Featured Publication

Using Soil Surveys To Guide The Placement Of Water Quality Buffers

"Riparian forests and other vegetative buffers may function better in some locations than in others for protecting and improving stream water quality. A simple method was developed for using information contained in soil surveys to identify better locations for filtering sediment and dissolved pollutants from surface and groundwater flow. The method provides an estimate of how well a buffer would work in each soil map unit. The mapped results can guide managers to locations where protection and installation of buffers would yield greater water quality benefits." By Michael G. Dosskey, Matthew J. Helmers, and Dean E. Eisenhauer. Reprinted from the Journal of Soil and Water Conservation, Volume 61, Number 6. Copyright © 2006 Soil And Water Conservation Society.

Research Projects

Research Assessments

Experiments and Modeling

Decision-Making Tools


Geospatial Analysis


About Agroforestry

Agroforestry intentionally combines agriculture and forestry to create integrated and sustainable land-use systems. Agroforestry takes advantage of the interactive benefits from combining trees and shrubs with crops and/or livestock. Agroforestry practices include:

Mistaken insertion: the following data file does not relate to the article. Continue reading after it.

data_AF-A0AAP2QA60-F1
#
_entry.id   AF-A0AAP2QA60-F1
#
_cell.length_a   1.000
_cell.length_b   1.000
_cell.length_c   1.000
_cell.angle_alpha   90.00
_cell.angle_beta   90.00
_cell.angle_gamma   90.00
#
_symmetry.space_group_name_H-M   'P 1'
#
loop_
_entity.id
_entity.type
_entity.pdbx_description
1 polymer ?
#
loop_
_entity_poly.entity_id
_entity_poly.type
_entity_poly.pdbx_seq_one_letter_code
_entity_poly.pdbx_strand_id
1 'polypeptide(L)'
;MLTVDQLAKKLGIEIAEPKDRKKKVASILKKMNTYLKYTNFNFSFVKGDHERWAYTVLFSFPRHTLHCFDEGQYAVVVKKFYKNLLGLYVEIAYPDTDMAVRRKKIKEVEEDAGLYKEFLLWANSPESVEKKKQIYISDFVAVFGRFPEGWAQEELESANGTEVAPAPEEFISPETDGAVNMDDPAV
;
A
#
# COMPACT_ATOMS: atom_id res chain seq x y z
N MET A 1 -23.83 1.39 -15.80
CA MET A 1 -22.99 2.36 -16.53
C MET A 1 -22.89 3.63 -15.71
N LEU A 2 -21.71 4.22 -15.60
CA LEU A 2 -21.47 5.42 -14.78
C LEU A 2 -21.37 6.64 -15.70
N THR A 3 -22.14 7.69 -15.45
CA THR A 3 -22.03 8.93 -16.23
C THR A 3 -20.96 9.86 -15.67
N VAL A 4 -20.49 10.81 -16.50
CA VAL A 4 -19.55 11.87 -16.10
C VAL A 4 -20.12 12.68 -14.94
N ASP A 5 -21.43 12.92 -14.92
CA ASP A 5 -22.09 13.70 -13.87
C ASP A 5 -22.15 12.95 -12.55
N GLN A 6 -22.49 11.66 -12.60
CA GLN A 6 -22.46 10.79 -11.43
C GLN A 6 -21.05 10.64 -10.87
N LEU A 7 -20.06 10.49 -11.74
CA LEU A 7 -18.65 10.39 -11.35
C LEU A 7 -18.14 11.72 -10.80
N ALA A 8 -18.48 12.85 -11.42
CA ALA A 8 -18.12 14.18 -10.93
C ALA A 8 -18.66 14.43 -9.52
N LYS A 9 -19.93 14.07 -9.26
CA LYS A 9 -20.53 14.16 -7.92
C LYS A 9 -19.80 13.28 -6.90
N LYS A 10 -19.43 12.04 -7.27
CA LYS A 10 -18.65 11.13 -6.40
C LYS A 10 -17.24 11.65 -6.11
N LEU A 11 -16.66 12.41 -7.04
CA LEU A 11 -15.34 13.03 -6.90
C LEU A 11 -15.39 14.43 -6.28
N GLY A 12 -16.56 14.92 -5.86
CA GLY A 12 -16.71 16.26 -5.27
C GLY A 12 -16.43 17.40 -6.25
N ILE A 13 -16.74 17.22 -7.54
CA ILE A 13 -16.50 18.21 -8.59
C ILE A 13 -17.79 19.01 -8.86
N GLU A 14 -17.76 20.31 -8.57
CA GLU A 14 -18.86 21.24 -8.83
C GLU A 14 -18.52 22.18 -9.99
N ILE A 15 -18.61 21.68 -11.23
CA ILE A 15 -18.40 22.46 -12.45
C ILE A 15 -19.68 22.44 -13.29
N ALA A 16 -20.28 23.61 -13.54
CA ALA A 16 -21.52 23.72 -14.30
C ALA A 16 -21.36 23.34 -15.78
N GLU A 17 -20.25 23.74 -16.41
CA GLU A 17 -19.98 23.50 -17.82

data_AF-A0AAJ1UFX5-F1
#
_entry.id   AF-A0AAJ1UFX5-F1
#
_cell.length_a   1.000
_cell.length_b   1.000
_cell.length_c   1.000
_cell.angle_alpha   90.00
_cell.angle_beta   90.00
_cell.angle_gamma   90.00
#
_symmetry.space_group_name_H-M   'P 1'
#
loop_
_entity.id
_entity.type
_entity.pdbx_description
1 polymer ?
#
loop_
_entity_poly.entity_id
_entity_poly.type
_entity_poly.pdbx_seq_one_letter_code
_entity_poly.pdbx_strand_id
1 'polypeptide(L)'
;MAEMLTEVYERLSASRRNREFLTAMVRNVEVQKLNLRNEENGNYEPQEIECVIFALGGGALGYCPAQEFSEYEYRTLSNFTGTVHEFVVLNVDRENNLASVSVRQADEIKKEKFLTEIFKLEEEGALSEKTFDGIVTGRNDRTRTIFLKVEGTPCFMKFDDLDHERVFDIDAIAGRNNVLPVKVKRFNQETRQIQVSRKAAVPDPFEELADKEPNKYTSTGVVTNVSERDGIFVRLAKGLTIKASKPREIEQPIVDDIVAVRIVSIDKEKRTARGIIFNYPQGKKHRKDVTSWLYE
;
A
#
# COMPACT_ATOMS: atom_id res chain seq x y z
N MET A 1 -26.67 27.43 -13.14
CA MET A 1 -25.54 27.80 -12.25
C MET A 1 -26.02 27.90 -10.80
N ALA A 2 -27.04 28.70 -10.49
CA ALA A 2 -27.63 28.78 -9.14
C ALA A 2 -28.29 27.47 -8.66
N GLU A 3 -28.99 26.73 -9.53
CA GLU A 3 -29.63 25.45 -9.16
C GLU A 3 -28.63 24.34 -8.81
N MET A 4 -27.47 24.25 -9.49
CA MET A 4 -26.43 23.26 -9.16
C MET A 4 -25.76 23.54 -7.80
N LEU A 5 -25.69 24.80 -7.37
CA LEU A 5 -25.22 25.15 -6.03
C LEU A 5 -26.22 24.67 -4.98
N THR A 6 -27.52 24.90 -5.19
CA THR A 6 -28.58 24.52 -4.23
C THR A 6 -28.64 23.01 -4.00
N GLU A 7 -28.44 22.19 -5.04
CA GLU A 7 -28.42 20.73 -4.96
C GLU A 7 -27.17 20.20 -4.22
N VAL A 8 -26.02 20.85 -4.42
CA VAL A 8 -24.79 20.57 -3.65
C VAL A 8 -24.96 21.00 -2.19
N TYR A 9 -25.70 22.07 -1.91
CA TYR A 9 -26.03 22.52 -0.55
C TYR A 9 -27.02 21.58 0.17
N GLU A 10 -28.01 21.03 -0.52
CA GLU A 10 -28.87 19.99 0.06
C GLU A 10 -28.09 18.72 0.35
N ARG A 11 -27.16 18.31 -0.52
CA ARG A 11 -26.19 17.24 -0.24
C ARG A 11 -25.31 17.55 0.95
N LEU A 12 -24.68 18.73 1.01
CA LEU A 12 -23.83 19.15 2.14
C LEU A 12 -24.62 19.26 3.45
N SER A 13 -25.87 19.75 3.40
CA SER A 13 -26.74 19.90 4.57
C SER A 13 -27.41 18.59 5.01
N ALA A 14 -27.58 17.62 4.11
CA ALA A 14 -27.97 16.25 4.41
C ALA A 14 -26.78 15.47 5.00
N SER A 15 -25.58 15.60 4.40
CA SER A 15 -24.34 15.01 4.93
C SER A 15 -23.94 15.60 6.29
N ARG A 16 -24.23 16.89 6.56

About the NAC

The USDA National Agroforestry Center (NAC) had its origins in the 1990 Farm Bill. It began as a Forest Service Research and State & Private Forestry effort in 1992 and expanded into a partnership with the Natural Resources Conservation Service (NRCS) in 1995. It is administered by the Forest Service's, Washington, DC, Office of Research and Development. NAC offices are located in Lincoln, Nebraska.

NAC accelerates the application of agroforestry through a national network of partners. Together, we conduct research, develop technologies and tools, coordinate demonstrations and training, and provide useful information to natural resource professionals.

About Working Trees

The right trees planted in the right places for the right reasons can add value to land-use systems. That's the Working Trees message that helps natural resource professionals, community leaders, and landowners identify with the concept of agroforestry. NAC uses the Working Trees theme to promote the development of sustainable agriculture and communities.


Back to Top